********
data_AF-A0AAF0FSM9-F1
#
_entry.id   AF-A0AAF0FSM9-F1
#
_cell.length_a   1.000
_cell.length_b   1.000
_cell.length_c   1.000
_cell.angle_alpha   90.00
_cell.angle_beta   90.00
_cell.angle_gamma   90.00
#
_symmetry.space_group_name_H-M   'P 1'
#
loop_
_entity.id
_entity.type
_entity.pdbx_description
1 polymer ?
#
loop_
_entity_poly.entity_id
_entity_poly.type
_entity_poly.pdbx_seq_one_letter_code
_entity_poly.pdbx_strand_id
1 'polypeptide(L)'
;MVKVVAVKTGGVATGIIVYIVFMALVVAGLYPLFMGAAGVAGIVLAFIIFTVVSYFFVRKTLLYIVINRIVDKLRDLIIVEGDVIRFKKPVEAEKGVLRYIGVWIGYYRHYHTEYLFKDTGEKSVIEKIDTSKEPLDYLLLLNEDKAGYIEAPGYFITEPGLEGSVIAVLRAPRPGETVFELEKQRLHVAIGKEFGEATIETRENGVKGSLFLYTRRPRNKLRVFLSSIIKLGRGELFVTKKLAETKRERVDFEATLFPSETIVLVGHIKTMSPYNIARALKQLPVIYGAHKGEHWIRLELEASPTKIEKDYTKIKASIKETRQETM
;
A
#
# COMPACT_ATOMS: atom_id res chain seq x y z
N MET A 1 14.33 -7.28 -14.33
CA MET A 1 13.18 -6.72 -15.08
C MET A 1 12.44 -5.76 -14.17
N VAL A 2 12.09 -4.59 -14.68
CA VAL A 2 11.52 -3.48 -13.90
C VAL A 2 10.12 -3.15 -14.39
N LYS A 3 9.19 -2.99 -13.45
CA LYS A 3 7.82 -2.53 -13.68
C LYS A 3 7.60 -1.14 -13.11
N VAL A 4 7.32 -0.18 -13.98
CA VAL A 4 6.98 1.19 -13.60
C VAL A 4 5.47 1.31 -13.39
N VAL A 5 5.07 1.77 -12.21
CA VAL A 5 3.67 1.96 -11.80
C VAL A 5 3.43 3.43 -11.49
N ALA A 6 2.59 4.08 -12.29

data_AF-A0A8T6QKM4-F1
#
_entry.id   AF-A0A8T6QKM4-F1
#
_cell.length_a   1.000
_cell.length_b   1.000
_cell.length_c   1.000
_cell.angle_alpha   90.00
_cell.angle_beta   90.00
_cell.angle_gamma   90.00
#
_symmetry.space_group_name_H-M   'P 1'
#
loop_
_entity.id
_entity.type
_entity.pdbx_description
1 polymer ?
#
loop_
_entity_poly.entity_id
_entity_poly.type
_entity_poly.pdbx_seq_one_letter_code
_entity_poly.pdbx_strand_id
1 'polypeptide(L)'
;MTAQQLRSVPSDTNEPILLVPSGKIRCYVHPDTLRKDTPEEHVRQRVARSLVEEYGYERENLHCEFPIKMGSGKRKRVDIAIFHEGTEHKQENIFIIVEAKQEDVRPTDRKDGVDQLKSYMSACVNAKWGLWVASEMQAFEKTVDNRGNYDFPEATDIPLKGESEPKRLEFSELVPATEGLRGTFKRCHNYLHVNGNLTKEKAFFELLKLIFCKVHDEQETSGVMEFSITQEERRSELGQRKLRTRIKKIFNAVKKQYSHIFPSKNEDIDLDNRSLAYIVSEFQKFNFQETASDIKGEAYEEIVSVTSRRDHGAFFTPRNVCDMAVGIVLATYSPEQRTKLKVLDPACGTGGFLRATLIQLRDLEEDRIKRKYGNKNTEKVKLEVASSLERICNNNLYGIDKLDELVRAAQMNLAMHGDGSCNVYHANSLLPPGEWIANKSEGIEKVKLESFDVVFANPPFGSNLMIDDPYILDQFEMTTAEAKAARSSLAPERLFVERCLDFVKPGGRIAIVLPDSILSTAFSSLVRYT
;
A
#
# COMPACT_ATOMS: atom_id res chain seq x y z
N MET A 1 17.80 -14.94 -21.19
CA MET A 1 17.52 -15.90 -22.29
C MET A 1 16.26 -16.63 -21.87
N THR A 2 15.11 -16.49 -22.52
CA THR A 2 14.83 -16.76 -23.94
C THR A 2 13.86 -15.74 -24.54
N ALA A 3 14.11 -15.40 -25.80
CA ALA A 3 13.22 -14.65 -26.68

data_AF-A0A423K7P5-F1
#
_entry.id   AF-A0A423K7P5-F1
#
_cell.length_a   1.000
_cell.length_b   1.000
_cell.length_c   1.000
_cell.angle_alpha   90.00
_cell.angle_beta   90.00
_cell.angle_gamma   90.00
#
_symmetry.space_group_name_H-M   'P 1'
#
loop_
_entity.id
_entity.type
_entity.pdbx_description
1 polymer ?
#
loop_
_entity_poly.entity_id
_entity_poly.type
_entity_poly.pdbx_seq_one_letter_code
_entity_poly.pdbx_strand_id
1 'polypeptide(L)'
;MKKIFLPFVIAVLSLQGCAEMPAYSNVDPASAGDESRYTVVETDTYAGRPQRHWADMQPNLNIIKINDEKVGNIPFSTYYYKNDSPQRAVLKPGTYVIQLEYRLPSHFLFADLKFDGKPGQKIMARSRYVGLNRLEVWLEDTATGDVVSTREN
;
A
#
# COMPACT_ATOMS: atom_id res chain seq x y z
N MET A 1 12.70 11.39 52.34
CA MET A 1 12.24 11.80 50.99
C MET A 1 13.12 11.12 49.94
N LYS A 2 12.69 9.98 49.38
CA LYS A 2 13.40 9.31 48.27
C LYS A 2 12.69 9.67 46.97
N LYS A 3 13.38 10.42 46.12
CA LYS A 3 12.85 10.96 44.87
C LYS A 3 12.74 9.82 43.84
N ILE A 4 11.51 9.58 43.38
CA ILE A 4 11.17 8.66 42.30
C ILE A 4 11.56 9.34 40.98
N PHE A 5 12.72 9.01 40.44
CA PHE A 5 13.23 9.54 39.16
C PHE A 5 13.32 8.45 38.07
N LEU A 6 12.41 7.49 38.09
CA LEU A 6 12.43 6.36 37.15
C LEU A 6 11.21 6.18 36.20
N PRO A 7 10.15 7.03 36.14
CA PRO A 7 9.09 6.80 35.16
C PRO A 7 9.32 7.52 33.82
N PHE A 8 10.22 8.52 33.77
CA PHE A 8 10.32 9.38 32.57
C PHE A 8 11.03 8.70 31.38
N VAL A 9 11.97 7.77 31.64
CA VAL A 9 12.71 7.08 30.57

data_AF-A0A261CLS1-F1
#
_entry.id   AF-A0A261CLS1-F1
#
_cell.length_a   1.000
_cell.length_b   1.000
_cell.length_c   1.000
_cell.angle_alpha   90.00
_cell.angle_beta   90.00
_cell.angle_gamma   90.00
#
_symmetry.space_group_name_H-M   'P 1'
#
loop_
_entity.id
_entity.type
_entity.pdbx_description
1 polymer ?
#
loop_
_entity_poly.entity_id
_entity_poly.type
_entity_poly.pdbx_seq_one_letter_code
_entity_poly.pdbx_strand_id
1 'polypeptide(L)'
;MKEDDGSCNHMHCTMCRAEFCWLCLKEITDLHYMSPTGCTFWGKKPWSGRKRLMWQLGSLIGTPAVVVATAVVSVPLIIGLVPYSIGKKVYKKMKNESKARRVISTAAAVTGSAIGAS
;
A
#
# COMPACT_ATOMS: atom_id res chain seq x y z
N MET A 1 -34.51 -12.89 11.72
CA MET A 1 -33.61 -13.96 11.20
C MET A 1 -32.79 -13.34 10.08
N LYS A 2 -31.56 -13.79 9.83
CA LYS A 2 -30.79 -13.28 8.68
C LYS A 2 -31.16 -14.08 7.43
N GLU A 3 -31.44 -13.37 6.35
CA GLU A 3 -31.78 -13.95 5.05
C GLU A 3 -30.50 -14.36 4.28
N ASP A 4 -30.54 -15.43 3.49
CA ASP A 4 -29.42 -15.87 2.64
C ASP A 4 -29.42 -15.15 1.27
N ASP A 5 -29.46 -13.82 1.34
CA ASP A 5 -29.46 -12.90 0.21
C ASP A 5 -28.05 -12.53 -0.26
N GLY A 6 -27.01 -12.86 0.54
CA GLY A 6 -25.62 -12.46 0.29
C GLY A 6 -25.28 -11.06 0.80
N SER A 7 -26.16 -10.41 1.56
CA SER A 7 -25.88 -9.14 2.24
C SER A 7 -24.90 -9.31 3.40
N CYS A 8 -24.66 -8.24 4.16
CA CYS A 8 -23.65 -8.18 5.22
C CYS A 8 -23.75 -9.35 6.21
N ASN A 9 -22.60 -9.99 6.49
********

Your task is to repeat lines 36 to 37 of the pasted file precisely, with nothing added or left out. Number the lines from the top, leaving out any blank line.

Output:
C VAL A 2 10.12 -3.15 -14.39
N LYS A 3 9.19 -2.99 -13.45